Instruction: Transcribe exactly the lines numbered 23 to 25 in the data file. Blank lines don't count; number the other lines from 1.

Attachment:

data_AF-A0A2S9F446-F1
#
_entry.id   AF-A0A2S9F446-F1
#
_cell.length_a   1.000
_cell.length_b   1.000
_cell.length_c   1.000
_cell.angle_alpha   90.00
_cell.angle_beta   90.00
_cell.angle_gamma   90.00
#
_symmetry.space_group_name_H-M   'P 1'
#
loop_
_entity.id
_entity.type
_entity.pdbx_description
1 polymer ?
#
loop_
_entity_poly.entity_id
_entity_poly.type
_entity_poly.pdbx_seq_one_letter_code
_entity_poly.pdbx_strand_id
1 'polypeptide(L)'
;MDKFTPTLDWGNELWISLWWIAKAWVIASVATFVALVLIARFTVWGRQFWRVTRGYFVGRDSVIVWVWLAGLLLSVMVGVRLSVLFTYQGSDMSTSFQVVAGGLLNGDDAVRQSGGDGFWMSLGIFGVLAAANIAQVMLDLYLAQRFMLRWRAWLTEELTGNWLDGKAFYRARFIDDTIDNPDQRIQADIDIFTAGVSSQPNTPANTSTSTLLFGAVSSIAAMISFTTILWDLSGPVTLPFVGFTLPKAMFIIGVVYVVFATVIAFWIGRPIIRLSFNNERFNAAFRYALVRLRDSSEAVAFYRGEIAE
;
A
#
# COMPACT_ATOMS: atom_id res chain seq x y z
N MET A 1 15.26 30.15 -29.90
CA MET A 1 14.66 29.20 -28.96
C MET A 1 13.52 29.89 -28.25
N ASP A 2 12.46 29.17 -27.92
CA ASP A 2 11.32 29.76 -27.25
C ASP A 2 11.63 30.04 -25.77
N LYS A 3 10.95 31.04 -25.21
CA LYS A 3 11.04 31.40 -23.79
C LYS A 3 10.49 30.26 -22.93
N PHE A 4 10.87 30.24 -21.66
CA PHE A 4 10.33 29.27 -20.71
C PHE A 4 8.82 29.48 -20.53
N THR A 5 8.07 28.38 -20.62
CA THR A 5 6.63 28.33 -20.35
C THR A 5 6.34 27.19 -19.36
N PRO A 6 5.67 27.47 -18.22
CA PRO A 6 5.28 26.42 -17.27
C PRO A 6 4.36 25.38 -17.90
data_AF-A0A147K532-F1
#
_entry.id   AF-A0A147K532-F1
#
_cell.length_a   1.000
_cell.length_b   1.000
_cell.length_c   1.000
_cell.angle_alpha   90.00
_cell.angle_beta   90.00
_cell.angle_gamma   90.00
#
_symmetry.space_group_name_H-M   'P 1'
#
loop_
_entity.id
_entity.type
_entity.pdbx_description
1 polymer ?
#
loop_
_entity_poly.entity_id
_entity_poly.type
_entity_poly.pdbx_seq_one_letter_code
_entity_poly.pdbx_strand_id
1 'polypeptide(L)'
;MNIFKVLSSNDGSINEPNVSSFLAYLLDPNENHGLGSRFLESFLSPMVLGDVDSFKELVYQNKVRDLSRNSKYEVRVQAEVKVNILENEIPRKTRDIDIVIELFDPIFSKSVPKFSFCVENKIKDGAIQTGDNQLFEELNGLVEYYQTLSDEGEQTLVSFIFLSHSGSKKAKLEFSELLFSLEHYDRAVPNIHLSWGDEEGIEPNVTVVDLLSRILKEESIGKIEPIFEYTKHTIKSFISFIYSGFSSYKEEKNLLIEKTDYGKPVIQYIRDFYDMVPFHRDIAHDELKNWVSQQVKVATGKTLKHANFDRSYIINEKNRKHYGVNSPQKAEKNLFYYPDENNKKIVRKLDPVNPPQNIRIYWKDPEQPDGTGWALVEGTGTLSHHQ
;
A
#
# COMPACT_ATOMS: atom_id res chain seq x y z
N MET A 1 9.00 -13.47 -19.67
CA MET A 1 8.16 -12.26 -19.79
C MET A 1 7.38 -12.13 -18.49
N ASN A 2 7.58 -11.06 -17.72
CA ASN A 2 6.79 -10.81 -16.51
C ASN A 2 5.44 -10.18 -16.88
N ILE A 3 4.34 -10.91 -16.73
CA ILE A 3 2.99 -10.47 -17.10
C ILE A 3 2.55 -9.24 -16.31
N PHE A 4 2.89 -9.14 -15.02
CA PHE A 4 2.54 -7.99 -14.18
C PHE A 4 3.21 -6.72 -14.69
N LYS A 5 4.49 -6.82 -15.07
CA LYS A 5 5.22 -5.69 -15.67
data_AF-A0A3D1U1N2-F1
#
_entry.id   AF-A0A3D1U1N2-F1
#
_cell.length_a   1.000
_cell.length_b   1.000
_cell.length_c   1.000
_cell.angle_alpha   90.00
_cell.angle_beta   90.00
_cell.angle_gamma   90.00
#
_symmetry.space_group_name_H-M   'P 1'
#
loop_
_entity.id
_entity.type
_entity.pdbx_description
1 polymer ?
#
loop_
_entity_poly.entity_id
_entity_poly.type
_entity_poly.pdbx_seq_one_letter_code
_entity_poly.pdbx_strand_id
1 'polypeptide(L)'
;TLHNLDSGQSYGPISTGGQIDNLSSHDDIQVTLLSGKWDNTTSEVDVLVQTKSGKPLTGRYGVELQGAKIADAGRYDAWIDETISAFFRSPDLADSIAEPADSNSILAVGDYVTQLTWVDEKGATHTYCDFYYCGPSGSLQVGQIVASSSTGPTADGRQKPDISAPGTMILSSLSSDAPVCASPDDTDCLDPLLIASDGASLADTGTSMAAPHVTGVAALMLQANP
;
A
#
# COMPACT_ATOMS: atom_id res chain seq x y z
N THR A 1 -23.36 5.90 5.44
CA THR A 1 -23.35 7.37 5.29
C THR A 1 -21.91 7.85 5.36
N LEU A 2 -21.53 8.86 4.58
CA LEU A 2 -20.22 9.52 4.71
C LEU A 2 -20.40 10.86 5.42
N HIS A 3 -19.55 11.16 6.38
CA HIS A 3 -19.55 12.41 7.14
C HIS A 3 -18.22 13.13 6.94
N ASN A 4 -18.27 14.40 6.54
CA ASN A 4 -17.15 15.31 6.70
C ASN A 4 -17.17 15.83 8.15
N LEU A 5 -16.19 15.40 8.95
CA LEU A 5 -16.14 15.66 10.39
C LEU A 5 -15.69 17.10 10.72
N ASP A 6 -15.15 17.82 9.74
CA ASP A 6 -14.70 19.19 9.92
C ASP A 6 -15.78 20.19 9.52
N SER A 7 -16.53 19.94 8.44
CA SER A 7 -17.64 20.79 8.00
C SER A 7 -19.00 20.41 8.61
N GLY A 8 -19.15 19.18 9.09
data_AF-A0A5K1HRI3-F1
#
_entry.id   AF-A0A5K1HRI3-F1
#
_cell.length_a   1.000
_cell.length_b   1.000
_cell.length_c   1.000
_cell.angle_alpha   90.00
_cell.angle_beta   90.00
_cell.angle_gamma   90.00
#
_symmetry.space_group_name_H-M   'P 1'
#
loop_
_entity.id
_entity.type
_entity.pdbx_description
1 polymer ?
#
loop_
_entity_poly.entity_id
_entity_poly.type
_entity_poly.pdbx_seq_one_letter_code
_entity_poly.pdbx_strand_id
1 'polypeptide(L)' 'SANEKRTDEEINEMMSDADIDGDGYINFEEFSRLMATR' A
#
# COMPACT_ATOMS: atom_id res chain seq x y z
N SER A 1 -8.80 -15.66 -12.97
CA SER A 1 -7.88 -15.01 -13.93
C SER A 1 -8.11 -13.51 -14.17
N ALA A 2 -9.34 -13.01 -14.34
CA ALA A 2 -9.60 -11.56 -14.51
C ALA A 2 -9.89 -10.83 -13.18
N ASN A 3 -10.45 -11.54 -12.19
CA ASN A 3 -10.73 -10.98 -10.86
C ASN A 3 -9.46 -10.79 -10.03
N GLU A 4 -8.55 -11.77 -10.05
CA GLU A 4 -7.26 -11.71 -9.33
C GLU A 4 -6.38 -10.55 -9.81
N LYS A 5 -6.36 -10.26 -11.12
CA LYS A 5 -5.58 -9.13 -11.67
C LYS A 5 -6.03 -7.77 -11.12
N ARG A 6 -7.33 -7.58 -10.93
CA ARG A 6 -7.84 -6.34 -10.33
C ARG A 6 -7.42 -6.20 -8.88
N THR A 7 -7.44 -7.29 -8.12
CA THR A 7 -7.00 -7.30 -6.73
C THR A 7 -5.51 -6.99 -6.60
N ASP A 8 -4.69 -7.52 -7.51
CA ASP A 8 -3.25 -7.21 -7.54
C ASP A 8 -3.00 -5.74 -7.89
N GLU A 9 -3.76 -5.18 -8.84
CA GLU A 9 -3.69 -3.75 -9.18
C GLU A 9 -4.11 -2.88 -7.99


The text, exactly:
_entity_poly.pdbx_seq_one_letter_code
_entity_poly.pdbx_strand_id
1 'polypeptide(L)'